Finance 101: What the Heck is Peer-to-Peer or P2P Lending?

Finance 101: What the Heck is Peer-to-Peer or P2P Lending?

This is part two in my Finance 101 series and it’s a long one. This time we’re learning about peer-to-peer, person-to-person, social, P2P or sometimes micro lending. The concept has many names but it’s basically the same thing – you are getting a loan from a private individual instead of a bank. That’s the short, short version for those without the time to stick around for the article. The rest of this post is directed to those who are completely clueless about the process. Read on.

Let’s begin with the most basic. According to Wikipedia, this is a type of lending or borrowing “which occurs directly between individuals (‘peers’) without the intermediation/participation of a traditional financial institution.” I like my definition better. You’re thinking, well how does this work? Let’s look at two scenarios.

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Savings Account - Finance 101: Why Banks Want You to Open Accounts

Finance 101: Why Banks Want You to Open Accounts

I’m starting a new series here called Finance 101. When the mood stikes me I’ll cover one basic consumer finance topic that I think will help us as we both get out of debt. Let’s begin this series with the most basic thing…why banks need you to open accounts and deposit money in the banks.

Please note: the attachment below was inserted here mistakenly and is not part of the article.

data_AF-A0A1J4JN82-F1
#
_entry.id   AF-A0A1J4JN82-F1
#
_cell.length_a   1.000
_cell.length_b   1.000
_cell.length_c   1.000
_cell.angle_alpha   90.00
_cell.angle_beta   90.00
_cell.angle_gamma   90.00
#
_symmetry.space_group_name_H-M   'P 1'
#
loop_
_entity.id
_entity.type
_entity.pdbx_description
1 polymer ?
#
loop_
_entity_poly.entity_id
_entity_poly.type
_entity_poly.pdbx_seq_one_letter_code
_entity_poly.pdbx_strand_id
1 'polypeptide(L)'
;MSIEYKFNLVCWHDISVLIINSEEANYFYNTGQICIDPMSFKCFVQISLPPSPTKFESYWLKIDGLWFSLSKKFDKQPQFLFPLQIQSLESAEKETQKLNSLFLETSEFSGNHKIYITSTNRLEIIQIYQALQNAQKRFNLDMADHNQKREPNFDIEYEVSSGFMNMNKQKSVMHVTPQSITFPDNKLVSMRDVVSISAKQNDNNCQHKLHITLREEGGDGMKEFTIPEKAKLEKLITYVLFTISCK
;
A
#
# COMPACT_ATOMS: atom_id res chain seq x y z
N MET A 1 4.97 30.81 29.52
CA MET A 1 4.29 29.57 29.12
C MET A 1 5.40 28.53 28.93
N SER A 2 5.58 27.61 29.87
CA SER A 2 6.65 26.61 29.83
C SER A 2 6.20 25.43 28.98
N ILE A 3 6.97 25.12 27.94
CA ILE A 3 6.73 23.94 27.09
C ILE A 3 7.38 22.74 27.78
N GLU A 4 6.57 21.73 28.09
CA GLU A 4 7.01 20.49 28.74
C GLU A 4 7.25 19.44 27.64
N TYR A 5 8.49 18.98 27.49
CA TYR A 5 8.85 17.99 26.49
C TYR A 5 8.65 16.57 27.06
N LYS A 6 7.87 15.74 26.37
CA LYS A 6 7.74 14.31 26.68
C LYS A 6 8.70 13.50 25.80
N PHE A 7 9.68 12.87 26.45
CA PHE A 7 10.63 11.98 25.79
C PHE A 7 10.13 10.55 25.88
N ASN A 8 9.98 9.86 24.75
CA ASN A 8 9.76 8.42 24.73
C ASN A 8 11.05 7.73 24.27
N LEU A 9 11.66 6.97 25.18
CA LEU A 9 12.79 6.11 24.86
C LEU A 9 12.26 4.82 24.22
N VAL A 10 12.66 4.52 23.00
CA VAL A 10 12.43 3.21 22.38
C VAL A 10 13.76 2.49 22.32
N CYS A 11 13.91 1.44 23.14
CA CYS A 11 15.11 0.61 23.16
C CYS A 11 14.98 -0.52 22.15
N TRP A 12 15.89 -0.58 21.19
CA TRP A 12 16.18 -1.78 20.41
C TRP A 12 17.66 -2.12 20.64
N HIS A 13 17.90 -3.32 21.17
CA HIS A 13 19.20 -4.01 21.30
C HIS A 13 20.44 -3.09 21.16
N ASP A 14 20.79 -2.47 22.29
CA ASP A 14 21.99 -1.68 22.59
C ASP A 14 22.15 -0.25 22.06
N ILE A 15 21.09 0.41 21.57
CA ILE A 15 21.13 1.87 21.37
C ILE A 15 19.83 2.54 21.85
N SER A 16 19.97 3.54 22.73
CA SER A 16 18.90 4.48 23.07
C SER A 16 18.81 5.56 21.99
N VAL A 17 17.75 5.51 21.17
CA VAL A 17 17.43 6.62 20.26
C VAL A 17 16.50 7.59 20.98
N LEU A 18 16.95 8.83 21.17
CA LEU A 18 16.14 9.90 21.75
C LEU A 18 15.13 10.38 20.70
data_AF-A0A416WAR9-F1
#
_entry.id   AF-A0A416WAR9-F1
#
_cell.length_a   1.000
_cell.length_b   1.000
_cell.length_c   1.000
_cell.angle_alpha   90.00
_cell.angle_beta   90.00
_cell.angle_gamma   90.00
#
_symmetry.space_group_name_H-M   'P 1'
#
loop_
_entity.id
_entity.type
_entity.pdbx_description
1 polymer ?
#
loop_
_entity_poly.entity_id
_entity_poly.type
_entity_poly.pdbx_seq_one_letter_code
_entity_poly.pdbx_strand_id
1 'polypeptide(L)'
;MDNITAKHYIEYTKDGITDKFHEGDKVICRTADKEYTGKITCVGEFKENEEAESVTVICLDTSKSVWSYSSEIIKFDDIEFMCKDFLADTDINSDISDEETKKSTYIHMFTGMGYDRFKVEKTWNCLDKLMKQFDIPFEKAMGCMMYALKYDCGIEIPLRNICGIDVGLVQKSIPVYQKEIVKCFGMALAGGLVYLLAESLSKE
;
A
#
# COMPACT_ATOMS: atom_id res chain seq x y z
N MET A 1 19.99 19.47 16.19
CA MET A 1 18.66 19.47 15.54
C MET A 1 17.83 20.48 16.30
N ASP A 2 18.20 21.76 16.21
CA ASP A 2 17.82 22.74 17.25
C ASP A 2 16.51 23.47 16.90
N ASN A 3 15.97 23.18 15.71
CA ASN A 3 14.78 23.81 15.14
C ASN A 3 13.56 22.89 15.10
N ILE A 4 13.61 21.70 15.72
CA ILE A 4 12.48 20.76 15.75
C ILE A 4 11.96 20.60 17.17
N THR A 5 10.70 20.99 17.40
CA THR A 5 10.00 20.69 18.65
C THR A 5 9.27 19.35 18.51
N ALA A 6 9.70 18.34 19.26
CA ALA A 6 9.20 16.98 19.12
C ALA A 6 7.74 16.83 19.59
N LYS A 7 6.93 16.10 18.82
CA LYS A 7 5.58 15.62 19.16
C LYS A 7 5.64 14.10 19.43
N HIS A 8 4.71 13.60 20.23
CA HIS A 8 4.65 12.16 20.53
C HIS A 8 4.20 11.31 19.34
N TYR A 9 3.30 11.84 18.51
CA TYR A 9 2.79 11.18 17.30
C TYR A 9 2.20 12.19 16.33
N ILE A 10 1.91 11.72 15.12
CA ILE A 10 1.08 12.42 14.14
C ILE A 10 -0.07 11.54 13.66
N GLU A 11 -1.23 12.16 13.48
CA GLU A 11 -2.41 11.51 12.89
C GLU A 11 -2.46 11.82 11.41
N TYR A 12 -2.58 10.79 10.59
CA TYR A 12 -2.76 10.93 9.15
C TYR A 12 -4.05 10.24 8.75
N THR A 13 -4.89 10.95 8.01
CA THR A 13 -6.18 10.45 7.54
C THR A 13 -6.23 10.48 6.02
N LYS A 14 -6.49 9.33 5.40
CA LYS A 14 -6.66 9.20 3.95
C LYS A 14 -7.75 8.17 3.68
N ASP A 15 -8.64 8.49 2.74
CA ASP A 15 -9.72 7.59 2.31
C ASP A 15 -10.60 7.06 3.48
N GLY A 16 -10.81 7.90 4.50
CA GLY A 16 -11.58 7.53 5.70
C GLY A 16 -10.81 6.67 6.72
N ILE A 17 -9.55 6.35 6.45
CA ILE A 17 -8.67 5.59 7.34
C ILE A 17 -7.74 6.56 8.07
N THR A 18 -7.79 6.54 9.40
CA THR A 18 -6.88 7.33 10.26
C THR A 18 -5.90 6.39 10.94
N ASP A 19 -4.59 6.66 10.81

Deposit accounts are your typical savings or checking accounts where you deposit money into an account at a bank. They’re sometimes called demand accounts meaning that they have to give you your money when you ask for it. When you deposit money at a bank, the bank now physically has your cash and gives you some note that says they’re holding that money for you. It might be your deposit receipt, your statement or a passbook. So, the bank now counts your money as their asset but also lists that same money as a liability that they owe to you. What’s just happened is that you have effectively given the bank a loan and now they owe you the money whenever you come back and say that you want it or when you spend it by using debit cards or checks. […]